The availability of residential mortgage bonds in the United States has been shrinking. Private mortgage securitization markets are nonexistent since the financial crisis and the GSEs are not generating enough new supply. The reason of course is the lack of mortgage loan growth in the US. While corporate, consumer, and commercial real estate loan balances are rising, residential loans have stalled.
On the supply side here are some reasons for the weakness in mortgage loan origination:
Scotiabank: - ... banks have been more stringent with lending standards since they were forced to buy back soured mortgages from Fannie Mae and Freddie Mac [putbacks] which led to significant losses in 2012 and 2013. Then, last year, Fannie Mae Fannie Mae stopped guaranteeing mortgages with down payments of 3% or less. Plus, in early January, the Consumer Financial Protection Bureau implemented its Ability-to-Repay and Qualified Mortgage Standards rules [see post] which tightened regulation surrounding mortgage securitization. In a special section of the Federal Reserve's July Senior Loan Officer Survey, 36% of respondents said their approval rate was lower than it would be without the rule for those with lower credit scores (less than 680), and 31% of respondents replied that it was lower for those with higher credit scores (greater than 680).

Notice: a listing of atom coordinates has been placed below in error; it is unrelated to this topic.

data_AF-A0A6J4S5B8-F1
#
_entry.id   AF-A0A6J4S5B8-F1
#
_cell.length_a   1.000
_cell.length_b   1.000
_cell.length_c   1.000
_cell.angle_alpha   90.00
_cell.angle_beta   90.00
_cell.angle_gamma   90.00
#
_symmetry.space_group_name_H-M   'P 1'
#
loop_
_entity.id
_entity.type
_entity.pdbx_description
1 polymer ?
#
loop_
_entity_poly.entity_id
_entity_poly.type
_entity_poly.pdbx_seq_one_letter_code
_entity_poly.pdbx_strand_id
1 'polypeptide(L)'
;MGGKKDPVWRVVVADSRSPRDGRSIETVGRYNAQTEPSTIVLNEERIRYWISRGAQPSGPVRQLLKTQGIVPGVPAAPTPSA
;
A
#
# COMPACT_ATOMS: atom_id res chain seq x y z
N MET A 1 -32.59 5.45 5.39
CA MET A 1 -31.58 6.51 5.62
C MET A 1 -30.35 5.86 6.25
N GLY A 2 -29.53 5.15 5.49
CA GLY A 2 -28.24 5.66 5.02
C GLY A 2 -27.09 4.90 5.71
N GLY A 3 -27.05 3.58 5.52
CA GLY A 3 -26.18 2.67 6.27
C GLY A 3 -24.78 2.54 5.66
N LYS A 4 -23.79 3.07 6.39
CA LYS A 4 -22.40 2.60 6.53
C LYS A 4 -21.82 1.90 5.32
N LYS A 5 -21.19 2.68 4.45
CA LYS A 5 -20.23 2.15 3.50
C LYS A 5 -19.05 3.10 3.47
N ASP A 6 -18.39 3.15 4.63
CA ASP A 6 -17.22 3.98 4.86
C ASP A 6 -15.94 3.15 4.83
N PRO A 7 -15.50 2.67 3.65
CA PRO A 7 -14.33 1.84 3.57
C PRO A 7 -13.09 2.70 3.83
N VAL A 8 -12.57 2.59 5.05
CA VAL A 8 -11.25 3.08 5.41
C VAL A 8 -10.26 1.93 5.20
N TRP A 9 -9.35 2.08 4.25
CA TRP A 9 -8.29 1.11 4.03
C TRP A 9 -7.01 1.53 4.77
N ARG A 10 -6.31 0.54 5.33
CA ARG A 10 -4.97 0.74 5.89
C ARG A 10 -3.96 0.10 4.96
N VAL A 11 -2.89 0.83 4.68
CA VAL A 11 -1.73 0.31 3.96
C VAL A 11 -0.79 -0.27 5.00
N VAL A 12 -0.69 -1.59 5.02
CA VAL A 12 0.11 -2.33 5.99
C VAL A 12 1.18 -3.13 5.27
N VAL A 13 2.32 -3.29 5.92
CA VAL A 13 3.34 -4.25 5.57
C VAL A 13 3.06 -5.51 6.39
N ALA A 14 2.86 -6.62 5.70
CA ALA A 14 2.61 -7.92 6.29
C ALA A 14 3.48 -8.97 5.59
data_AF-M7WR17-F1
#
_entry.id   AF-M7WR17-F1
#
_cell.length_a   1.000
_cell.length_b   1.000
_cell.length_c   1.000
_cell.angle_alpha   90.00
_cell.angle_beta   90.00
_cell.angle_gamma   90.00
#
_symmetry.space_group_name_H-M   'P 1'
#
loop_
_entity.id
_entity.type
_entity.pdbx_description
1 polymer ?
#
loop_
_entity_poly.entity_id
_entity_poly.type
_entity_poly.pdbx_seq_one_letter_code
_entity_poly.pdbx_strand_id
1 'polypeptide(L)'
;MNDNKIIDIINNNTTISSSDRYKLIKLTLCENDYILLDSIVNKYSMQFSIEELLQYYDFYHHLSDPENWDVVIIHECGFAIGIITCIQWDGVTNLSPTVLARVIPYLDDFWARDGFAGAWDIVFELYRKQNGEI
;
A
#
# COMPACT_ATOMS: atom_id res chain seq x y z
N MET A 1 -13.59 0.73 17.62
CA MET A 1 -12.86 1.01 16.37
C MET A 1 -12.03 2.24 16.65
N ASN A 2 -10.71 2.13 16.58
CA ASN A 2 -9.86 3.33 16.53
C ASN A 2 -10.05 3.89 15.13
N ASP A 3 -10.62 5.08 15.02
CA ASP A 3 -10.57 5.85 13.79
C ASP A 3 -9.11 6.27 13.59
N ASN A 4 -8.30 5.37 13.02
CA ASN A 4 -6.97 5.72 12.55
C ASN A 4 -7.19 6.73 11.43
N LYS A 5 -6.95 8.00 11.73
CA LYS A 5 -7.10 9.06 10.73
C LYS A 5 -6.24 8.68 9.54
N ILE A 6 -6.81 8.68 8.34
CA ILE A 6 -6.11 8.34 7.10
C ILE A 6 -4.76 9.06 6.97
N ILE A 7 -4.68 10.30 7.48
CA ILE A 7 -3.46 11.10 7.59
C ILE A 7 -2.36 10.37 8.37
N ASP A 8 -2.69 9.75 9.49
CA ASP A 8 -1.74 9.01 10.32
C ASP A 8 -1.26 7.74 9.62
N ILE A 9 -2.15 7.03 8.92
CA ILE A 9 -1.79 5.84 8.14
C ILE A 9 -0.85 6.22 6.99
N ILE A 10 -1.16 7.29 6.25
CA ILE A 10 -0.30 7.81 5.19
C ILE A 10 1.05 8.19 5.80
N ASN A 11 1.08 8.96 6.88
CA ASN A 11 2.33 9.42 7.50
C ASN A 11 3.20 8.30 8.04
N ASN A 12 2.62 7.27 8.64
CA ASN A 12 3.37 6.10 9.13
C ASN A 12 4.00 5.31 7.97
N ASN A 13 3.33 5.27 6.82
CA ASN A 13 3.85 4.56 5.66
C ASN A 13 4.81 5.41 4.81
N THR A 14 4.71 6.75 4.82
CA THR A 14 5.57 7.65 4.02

Add to that the recent increases in FHA mortgage insurance premiums (needed to replenish the FHA reserves - discussed here) for high LTV loans. Many potential first-time buyers with no ability to come up with sufficient down payment are shut out of the market.
At the same time the demand for mortgage loans has weakened, with the recent rate drop only impacting refi activity. Part of the reason is the rise in property prices over the past couple of years which also prices many first-time buyers out of the market.
As a result of these trends, US mortgage bond market continues to shrink. The amount issued this year is on target to be the lowest since 2000.
|2014 figure is based on annualized Q1-Q3 issuance (source: SIFMA)|
To exacerbate the situation, over a quarter of outstanding MBS bonds has been permanently locked up on the balance sheet of the Federal Reserve. This takes a significant chunk of an already shrinking market out of private hands. And in spite of the securities purchases ending, the Fed will continue to buy MBS to compensate for prepayment amortization.
Disclosure: No positions